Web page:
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On the Move Against Tuberculosis

Stop TB PartnershipThursday, 24th March 2011 is World TB Day.

We are entering the second year of a two-year campaign, 'On the Move Against Tuberculosis Transforming the Fight Towards Elimination' whose goal is to inspire innovation in TB research and care.

Tuberculosis (TB) is a contagious bacterial infection that is spread by inhaling the coughs, sneezes or spit of an infected person. Primarily TB affects the lungs, but is capable of spreading to other organs, such as the kidneys, bones or nervous system. A person may not experience symptoms until months or years after being infected.

The following groups are at higher risk of TB:

  • The elderly
  • Infants
  • People with weakened immune systems, (i.e. due to AIDS, diabetes, chemotherapy or certain medications)

The first symptoms of pulmonary TB include:

  • A persistent cough lasting over 2-3 weeks
  • Excessive sweating, especially at night
  • Unintentional weight loss
  • Weakness or fatigue
  • Fever

If the lung infection worsens, additional symptoms can occur:

  • Chest pain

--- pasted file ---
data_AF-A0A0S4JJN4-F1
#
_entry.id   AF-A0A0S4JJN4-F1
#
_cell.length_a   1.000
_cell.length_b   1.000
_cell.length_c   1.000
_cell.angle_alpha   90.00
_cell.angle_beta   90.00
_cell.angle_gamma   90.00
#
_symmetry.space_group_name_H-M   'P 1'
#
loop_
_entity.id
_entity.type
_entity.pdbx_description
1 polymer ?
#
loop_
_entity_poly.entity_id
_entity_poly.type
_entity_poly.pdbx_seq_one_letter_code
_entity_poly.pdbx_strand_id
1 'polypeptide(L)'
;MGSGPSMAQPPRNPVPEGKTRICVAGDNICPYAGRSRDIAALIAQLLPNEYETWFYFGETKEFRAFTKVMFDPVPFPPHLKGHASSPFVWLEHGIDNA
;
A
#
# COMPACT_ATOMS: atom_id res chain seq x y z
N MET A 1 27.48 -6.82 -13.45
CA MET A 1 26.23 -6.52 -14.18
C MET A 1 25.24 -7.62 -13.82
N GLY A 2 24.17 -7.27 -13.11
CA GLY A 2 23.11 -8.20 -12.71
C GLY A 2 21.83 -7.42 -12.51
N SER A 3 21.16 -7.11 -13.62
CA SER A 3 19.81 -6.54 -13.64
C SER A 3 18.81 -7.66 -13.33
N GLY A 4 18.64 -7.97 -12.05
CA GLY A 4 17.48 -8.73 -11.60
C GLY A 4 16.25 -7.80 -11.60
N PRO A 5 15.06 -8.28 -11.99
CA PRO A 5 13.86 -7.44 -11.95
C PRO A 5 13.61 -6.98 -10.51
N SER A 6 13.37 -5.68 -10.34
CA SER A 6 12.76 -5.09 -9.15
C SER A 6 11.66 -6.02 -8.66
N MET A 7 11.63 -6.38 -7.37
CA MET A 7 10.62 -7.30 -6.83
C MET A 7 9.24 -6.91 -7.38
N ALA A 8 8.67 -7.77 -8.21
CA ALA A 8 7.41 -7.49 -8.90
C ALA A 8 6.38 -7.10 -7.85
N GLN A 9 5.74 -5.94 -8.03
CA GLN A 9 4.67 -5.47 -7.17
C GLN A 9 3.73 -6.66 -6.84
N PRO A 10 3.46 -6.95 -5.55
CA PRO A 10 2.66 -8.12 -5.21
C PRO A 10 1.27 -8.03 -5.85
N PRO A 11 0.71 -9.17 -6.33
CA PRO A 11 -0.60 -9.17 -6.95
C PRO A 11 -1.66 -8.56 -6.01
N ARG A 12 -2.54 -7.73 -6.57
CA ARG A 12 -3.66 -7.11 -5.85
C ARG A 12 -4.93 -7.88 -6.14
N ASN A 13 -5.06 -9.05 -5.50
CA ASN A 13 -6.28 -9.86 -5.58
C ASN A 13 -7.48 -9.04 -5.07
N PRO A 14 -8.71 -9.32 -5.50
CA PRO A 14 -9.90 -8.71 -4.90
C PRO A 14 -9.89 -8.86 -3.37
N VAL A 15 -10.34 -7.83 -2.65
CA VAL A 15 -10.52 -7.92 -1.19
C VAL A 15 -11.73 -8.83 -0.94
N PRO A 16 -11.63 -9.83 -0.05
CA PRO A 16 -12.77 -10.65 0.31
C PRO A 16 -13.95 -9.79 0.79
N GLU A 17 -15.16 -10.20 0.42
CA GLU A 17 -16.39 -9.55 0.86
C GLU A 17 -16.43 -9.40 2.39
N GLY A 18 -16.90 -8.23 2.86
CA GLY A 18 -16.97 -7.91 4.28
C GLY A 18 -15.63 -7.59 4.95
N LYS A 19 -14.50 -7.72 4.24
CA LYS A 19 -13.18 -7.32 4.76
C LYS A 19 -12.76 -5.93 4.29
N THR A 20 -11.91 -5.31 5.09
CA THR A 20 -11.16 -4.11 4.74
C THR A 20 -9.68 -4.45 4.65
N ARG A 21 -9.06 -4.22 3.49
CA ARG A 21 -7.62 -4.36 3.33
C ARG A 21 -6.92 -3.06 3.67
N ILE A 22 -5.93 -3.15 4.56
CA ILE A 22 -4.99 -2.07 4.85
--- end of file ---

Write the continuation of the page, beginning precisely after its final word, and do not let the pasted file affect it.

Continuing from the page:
• Wheezing
  • Shortness of breath or breathing difficulty
  • Coughing up of sputum (material from the lungs)
  • Coughing up of blood

If pulmonary TB is diagnosed early and treatment is begun quickly, the outlook is excellent. In fact, symptoms often improve in 2-3 weeks, (however a chest x-ray will not show improvement until some months later).

The goal of treatment is to cure the infection with drugs that fight the TB bacteria. You may need to take many different pills at different times of the day for 6-24 months or longer. It is very important to take the pills as instructed and to complete the course. When people do not take their TB medications exactly as instructed, the infection can become resistant to the treatment, and sometimes the drugs no longer help treat the infection.

Anyone can get TB, but it is both treatable and preventable. In Zimbabwe we all have access to Free Diagnosis and Treatment of Tuberculosis. So visit your doctor or nearest clinic for advice.

To find out more about Tuberculosis or World TB Day visit the Stop TB Partnership website.

Last Updated on Wednesday, 04 May 2011
 
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